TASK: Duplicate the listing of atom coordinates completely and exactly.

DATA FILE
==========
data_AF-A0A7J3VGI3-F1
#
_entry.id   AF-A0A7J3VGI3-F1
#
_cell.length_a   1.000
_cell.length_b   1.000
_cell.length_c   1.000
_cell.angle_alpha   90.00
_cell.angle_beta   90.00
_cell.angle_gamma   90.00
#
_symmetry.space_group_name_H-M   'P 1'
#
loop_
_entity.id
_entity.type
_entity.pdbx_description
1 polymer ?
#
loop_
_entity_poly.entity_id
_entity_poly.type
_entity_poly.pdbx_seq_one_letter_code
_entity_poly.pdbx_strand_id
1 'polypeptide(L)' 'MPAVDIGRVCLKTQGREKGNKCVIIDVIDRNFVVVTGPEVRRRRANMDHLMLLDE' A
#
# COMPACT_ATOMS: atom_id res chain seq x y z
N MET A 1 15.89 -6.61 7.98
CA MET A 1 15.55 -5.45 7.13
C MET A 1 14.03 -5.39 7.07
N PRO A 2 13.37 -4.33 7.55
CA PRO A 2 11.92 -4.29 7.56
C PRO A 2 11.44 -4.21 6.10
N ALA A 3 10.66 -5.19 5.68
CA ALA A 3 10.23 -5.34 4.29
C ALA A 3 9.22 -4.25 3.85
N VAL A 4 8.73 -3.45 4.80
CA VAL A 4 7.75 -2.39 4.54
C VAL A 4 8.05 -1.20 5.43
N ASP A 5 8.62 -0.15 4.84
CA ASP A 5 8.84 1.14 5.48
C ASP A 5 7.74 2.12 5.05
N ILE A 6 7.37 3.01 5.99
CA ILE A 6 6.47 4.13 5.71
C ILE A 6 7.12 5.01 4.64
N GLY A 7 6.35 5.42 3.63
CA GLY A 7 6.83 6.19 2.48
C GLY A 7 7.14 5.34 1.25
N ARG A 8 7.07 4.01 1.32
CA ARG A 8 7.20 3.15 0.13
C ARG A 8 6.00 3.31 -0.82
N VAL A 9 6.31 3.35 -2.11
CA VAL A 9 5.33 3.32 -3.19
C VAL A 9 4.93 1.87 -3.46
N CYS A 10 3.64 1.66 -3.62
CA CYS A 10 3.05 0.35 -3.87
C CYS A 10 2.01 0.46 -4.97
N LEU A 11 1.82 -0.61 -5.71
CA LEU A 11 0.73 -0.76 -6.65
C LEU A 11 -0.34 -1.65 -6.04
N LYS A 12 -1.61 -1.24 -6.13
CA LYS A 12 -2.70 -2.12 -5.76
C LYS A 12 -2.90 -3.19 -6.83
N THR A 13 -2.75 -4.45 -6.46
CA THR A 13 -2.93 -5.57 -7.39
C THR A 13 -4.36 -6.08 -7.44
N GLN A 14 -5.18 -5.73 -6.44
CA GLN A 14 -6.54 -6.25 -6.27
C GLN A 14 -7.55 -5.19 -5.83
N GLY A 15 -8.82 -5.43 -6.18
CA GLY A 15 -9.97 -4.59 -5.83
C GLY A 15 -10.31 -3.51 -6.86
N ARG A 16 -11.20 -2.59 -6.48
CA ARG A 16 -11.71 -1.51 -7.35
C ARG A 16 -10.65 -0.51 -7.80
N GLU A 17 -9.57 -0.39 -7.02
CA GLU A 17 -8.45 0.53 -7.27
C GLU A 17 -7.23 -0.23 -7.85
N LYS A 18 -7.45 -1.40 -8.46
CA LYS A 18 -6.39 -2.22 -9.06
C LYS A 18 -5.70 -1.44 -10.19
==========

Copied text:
data_AF-A0A7J3VGI3-F1
#
_entry.id   AF-A0A7J3VGI3-F1
#
_cell.length_a   1.000
_cell.length_b   1.000
_cell.length_c   1.000
_cell.angle_alpha   90.00
_cell.angle_beta   90.00
_cell.angle_gamma   90.00
#
_symmetry.space_group_name_H-M   'P 1'
#
loop_
_entity.id
_entity.type
_entity.pdbx_description
1 polymer ?
#
loop_
_entity_poly.entity_id
_entity_poly.type
_entity_poly.pdbx_seq_one_letter_code
_entity_poly.pdbx_strand_id
1 'polypeptide(L)' 'MPAVDIGRVCLKTQGREKGNKCVIIDVIDRNFVVVTGPEVRRRRANMDHLMLLDE' A
#
# COMPACT_ATOMS: atom_id res chain seq x y z
N MET A 1 15.89 -6.61 7.98
CA MET A 1 15.55 -5.45 7.13
C MET A 1 14.03 -5.39 7.07
N PRO A 2 13.37 -4.33 7.55
CA PRO A 2 11.92 -4.29 7.56
C PRO A 2 11.44 -4.21 6.10
N ALA A 3 10.66 -5.19 5.68
CA ALA A 3 10.23 -5.34 4.29
C ALA A 3 9.22 -4.25 3.85
N VAL A 4 8.73 -3.45 4.80
CA VAL A 4 7.75 -2.39 4.54
C VAL A 4 8.05 -1.20 5.43
N ASP A 5 8.62 -0.15 4.84
CA ASP A 5 8.84 1.14 5.48
C ASP A 5 7.74 2.12 5.05
N ILE A 6 7.37 3.01 5.99
CA ILE A 6 6.47 4.13 5.71
C ILE A 6 7.12 5.01 4.64
N GLY A 7 6.35 5.42 3.63
CA GLY A 7 6.83 6.19 2.48
C GLY A 7 7.14 5.34 1.25
N ARG A 8 7.07 4.01 1.32
CA ARG A 8 7.20 3.15 0.13
C ARG A 8 6.00 3.31 -0.82
N VAL A 9 6.31 3.35 -2.11
CA VAL A 9 5.33 3.32 -3.19
C VAL A 9 4.93 1.87 -3.46
N CYS A 10 3.64 1.66 -3.62
CA CYS A 10 3.05 0.35 -3.87
C CYS A 10 2.01 0.46 -4.97
N LEU A 11 1.82 -0.61 -5.71
CA LEU A 11 0.73 -0.76 -6.65
C LEU A 11 -0.34 -1.65 -6.04
N LYS A 12 -1.61 -1.24 -6.13
CA LYS A 12 -2.70 -2.12 -5.76
C LYS A 12 -2.90 -3.19 -6.83
N THR A 13 -2.75 -4.45 -6.46
CA THR A 13 -2.93 -5.57 -7.39
C THR A 13 -4.36 -6.08 -7.44
N GLN A 14 -5.18 -5.73 -6.44
CA GLN A 14 -6.54 -6.25 -6.27
C GLN A 14 -7.55 -5.19 -5.83
N GLY A 15 -8.82 -5.43 -6.18
CA GLY A 15 -9.97 -4.59 -5.83
C GLY A 15 -10.31 -3.51 -6.86
N ARG A 16 -11.20 -2.59 -6.48
CA ARG A 16 -11.71 -1.51 -7.35
C ARG A 16 -10.65 -0.51 -7.80
N GLU A 17 -9.57 -0.39 -7.02
CA GLU A 17 -8.45 0.53 -7.27
C GLU A 17 -7.23 -0.23 -7.85
N LYS A 18 -7.45 -1.40 -8.46
CA LYS A 18 -6.39 -2.22 -9.06
C LYS A 18 -5.70 -1.44 -10.19